- Heating Oil Tank Installation
I would do it in copper – plastic pipe may be approved (I have no idea if they are or not), but a crushed/cracked plastic pipe will leak all your oil away, whereas a crushed or bent copper pipe will still not leak.
You can get a load of plastic coated 10mm copper pipe for not that much compared to the cleanup costs of a split plastic pipe!Posted 5 years agolarge418Member
But the copper pipe is likely to crack on installation, not when the car/trailer/kids bike etc collides with it. It’s after the installation I would be worried about the pipe cracking. 10mm pipe would be fine throughout, after all, the flow rate is (hopefully) quite low.
Use compression fittings, and you may need some oil resistant tape (it’s like plumbing PTFE tape, but oil resistant)Posted 5 years ago
Ok thanks for the above info, however, will have to bury part of the supply pipe.
Oftec info only says consult with installation team etc, what have they done in your case, I was going to pass copper pipe through hose for additional protection prior to back fillingPosted 5 years agob rMember
Oftec info only says consult with installation team etc, what have they done in your case, I was going to pass copper pipe through hose for additional protection prior to back filling
The line from our oil tank to house is partial underground (just covered with soil as I found out…), and then attached to the wall.
It looks 10mm copper with a plastic (not sure what) covering.
I’d guess it’s to a specific spec, so just buy whatever is required.
A simple google brought this up:Posted 5 years ago
Thanks b r couldn’t find that page of info, will ring local plumbers merchant about the plastic coated piping, however,one of my neighbours recently had there tank replaced and relocated but has been done in standard 10mm copper with screw fitting on every corner- carried out by registered installerPosted 5 years agob rMember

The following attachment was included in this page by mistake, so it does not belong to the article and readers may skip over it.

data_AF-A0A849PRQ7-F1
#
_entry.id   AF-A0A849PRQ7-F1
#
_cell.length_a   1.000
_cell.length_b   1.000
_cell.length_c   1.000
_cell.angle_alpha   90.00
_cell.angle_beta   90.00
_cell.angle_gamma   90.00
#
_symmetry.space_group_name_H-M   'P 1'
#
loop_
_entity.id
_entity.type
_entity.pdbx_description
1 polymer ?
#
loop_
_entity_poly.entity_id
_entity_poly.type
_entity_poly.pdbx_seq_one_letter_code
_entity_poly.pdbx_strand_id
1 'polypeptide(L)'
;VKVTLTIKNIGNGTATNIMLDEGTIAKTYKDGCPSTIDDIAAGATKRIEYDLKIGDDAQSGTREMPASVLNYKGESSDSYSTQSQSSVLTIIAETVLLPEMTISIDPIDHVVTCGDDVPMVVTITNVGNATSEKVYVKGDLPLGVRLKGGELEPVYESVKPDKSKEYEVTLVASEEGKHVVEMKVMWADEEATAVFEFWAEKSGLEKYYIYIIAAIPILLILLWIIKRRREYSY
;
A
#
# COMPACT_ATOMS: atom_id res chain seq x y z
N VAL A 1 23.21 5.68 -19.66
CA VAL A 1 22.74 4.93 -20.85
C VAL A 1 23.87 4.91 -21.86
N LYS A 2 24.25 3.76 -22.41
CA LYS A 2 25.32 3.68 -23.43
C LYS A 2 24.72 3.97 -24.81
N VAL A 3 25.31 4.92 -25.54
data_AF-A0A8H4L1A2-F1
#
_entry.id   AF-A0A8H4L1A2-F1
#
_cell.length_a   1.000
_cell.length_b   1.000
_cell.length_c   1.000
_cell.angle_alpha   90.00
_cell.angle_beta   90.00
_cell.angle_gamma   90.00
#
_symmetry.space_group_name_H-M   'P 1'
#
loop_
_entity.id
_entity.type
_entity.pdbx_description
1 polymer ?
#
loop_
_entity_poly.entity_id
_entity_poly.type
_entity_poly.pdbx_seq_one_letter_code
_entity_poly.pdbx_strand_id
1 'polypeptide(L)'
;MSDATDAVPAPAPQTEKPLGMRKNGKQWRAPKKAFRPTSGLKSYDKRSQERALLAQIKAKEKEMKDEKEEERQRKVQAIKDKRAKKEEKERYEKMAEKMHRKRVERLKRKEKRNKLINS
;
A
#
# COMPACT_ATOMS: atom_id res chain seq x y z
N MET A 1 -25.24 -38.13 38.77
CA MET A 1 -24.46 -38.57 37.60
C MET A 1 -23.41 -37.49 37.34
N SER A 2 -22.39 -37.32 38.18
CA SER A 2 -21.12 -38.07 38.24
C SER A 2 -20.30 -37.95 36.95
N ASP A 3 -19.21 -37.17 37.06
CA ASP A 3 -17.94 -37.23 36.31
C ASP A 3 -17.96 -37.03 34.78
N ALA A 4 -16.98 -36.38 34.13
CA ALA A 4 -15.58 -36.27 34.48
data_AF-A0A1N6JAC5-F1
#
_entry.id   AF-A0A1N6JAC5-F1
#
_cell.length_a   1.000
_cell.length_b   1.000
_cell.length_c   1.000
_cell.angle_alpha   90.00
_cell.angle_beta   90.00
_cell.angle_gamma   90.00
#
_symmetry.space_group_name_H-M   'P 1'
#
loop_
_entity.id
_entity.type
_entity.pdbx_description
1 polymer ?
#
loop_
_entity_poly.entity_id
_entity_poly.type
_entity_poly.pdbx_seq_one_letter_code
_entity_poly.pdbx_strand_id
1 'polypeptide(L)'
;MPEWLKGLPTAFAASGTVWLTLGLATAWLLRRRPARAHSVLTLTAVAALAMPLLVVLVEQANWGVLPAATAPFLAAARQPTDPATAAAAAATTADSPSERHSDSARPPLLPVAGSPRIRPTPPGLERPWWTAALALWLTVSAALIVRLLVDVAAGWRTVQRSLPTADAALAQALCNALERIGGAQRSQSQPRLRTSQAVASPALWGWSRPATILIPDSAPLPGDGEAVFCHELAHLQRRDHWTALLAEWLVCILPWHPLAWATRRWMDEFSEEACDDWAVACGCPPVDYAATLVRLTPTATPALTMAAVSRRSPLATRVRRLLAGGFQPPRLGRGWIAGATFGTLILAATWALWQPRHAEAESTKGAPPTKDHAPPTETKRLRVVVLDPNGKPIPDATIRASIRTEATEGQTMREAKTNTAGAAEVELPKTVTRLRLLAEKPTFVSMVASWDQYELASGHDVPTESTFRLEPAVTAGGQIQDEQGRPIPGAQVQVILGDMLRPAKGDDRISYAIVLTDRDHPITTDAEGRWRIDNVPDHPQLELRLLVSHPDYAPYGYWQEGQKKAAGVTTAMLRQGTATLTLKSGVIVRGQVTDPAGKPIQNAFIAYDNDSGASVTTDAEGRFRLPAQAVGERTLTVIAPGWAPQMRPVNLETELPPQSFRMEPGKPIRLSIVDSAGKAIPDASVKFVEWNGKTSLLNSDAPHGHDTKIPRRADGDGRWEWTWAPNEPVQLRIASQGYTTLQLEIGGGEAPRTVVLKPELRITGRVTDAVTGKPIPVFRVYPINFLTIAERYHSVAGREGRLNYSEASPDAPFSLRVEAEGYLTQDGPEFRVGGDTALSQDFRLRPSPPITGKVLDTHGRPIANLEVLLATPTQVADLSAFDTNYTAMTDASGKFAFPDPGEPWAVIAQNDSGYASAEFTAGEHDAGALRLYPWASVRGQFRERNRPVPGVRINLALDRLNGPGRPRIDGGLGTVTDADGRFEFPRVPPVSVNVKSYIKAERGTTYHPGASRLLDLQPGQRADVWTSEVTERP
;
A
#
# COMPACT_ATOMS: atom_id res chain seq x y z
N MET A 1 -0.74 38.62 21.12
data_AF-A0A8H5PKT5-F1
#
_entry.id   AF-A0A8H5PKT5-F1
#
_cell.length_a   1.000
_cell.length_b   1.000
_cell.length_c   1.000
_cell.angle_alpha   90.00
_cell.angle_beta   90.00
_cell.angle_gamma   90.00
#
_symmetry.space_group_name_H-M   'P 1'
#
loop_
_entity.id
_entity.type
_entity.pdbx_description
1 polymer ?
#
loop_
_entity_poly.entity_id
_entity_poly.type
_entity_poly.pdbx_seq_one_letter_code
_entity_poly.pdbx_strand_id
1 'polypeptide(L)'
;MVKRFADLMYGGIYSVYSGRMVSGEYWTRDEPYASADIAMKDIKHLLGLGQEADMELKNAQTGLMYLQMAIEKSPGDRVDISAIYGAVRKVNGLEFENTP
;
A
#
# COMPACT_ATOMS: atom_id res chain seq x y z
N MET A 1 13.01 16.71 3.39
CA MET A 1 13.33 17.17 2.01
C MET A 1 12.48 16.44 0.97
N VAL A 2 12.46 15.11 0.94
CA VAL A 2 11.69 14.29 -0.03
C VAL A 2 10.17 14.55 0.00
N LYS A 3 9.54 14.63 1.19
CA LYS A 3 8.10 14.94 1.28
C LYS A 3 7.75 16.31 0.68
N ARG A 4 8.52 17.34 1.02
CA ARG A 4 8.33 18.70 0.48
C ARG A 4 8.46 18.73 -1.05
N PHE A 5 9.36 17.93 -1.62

tbh Now I’ve found out that ours (inherited) isn’t shielded in any way and just been covered with earth I’ll be protecting it.
One of our neighbours had a leak (into the wall), they only found out when it started showing through the plaster – big insurance job as not only loads of oil but they needed to dismantle about 10ft of house wall (3ft thick stone job too).
So I’d err on over-build myself.Posted 5 years agoredbenMember
As a plumber I always use plastic coated 10mm copper, its pretty much standard practice for oil lines. ( do not use 15mm pipe as it will bring potentially more problems)
If you are going to use compression fittings then you need brass inserts to stop the pipe from deforming too much when tightening the fitting. (All compression fittings need to be accessible)
For sealing both the threaded tank connection and the compression fittings I would recommend either Heldite or Stag jointing compound.
I work with oil appliances day in and day out and 9 times out of 10 any leaks with regards to pipework are from mechanical damage.
Hope that helps 🙂Posted 5 years agoredbenMember
Erm I would try going to another stockist to get conventional plastic coated copper pipe then, because it will not only be easier to run if its one continuous pipe but also it means the chances of leaking joints in dramatically reduced 🙂
You need part number 8883Posted 5 years ago
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